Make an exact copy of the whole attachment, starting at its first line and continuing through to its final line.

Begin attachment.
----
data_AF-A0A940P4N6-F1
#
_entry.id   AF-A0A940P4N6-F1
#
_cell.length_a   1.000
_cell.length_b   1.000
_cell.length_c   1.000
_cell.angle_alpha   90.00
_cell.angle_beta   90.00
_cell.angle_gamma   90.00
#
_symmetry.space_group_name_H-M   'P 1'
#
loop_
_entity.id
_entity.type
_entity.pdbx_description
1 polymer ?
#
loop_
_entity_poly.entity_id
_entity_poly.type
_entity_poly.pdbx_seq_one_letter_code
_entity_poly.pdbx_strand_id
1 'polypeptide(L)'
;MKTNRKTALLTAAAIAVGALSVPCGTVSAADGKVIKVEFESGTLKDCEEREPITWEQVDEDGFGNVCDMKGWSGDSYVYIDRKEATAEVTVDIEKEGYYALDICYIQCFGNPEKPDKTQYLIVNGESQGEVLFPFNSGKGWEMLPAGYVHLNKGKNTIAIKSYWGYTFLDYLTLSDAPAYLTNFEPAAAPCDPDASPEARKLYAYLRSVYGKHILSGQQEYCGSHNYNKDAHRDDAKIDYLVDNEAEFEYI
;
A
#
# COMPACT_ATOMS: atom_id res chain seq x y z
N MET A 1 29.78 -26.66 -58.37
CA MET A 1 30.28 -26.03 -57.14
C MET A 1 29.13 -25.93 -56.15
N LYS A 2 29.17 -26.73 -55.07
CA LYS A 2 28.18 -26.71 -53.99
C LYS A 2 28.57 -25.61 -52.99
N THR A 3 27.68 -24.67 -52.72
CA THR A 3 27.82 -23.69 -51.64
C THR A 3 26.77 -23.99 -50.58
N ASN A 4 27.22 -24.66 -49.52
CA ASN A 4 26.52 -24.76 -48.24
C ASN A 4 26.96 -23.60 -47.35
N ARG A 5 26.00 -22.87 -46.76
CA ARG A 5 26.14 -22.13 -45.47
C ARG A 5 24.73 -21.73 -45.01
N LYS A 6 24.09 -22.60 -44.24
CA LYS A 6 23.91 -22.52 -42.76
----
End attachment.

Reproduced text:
data_AF-A0A940P4N6-F1
#
_entry.id   AF-A0A940P4N6-F1
#
_cell.length_a   1.000
_cell.length_b   1.000
_cell.length_c   1.000
_cell.angle_alpha   90.00
_cell.angle_beta   90.00
_cell.angle_gamma   90.00
#
_symmetry.space_group_name_H-M   'P 1'
#
loop_
_entity.id
_entity.type
_entity.pdbx_description
1 polymer ?
#
loop_
_entity_poly.entity_id
_entity_poly.type
_entity_poly.pdbx_seq_one_letter_code
_entity_poly.pdbx_strand_id
1 'polypeptide(L)'
;MKTNRKTALLTAAAIAVGALSVPCGTVSAADGKVIKVEFESGTLKDCEEREPITWEQVDEDGFGNVCDMKGWSGDSYVYIDRKEATAEVTVDIEKEGYYALDICYIQCFGNPEKPDKTQYLIVNGESQGEVLFPFNSGKGWEMLPAGYVHLNKGKNTIAIKSYWGYTFLDYLTLSDAPAYLTNFEPAAAPCDPDASPEARKLYAYLRSVYGKHILSGQQEYCGSHNYNKDAHRDDAKIDYLVDNEAEFEYI
;
A
#
# COMPACT_ATOMS: atom_id res chain seq x y z
N MET A 1 29.78 -26.66 -58.37
CA MET A 1 30.28 -26.03 -57.14
C MET A 1 29.13 -25.93 -56.15
N LYS A 2 29.17 -26.73 -55.07
CA LYS A 2 28.18 -26.71 -53.99
C LYS A 2 28.57 -25.61 -52.99
N THR A 3 27.68 -24.67 -52.72
CA THR A 3 27.82 -23.69 -51.64
C THR A 3 26.77 -23.99 -50.58
N ASN A 4 27.22 -24.66 -49.52
CA ASN A 4 26.52 -24.76 -48.24
C ASN A 4 26.96 -23.60 -47.35
N ARG A 5 26.00 -22.87 -46.76
CA ARG A 5 26.14 -22.13 -45.47
C ARG A 5 24.73 -21.73 -45.01
N LYS A 6 24.09 -22.60 -44.24
CA LYS A 6 23.91 -22.52 -42.76